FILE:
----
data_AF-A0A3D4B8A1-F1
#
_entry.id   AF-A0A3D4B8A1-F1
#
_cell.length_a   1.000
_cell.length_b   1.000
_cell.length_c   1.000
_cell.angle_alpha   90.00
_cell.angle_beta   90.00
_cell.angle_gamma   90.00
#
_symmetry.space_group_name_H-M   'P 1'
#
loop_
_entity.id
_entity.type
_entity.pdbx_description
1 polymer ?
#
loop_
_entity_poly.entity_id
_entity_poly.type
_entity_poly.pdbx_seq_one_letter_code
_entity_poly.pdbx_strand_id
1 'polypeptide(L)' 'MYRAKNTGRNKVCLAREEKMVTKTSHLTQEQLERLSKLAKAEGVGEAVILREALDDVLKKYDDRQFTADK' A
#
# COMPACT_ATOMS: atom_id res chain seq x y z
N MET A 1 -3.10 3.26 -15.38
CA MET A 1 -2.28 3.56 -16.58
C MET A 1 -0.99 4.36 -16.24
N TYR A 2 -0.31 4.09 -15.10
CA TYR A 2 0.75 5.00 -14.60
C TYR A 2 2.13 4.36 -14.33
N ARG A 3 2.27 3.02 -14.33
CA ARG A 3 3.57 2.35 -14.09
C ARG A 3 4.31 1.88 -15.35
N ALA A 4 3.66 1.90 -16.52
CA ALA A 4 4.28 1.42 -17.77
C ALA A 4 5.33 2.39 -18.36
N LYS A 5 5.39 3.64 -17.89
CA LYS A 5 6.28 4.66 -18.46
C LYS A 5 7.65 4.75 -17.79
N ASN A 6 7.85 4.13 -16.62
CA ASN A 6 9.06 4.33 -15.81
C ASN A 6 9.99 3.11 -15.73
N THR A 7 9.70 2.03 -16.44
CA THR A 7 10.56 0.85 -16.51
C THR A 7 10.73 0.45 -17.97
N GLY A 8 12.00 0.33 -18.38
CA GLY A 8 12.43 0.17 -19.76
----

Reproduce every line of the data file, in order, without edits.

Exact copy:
data_AF-A0A3D4B8A1-F1
#
_entry.id   AF-A0A3D4B8A1-F1
#
_cell.length_a   1.000
_cell.length_b   1.000
_cell.length_c   1.000
_cell.angle_alpha   90.00
_cell.angle_beta   90.00
_cell.angle_gamma   90.00
#
_symmetry.space_group_name_H-M   'P 1'
#
loop_
_entity.id
_entity.type
_entity.pdbx_description
1 polymer ?
#
loop_
_entity_poly.entity_id
_entity_poly.type
_entity_poly.pdbx_seq_one_letter_code
_entity_poly.pdbx_strand_id
1 'polypeptide(L)' 'MYRAKNTGRNKVCLAREEKMVTKTSHLTQEQLERLSKLAKAEGVGEAVILREALDDVLKKYDDRQFTADK' A
#
# COMPACT_ATOMS: atom_id res chain seq x y z
N MET A 1 -3.10 3.26 -15.38
CA MET A 1 -2.28 3.56 -16.58
C MET A 1 -0.99 4.36 -16.24
N TYR A 2 -0.31 4.09 -15.10
CA TYR A 2 0.75 5.00 -14.60
C TYR A 2 2.13 4.36 -14.33
N ARG A 3 2.27 3.02 -14.33
CA ARG A 3 3.57 2.35 -14.09
C ARG A 3 4.31 1.88 -15.35
N ALA A 4 3.66 1.90 -16.52
CA ALA A 4 4.28 1.42 -17.77
C ALA A 4 5.33 2.39 -18.36
N LYS A 5 5.39 3.64 -17.89
CA LYS A 5 6.28 4.66 -18.46
C LYS A 5 7.65 4.75 -17.79
N ASN A 6 7.85 4.13 -16.62
CA ASN A 6 9.06 4.33 -15.81
C ASN A 6 9.99 3.11 -15.73
N THR A 7 9.70 2.03 -16.44
CA THR A 7 10.56 0.85 -16.51
C THR A 7 10.73 0.45 -17.97
N GLY A 8 12.00 0.33 -18.38
CA GLY A 8 12.43 0.17 -19.76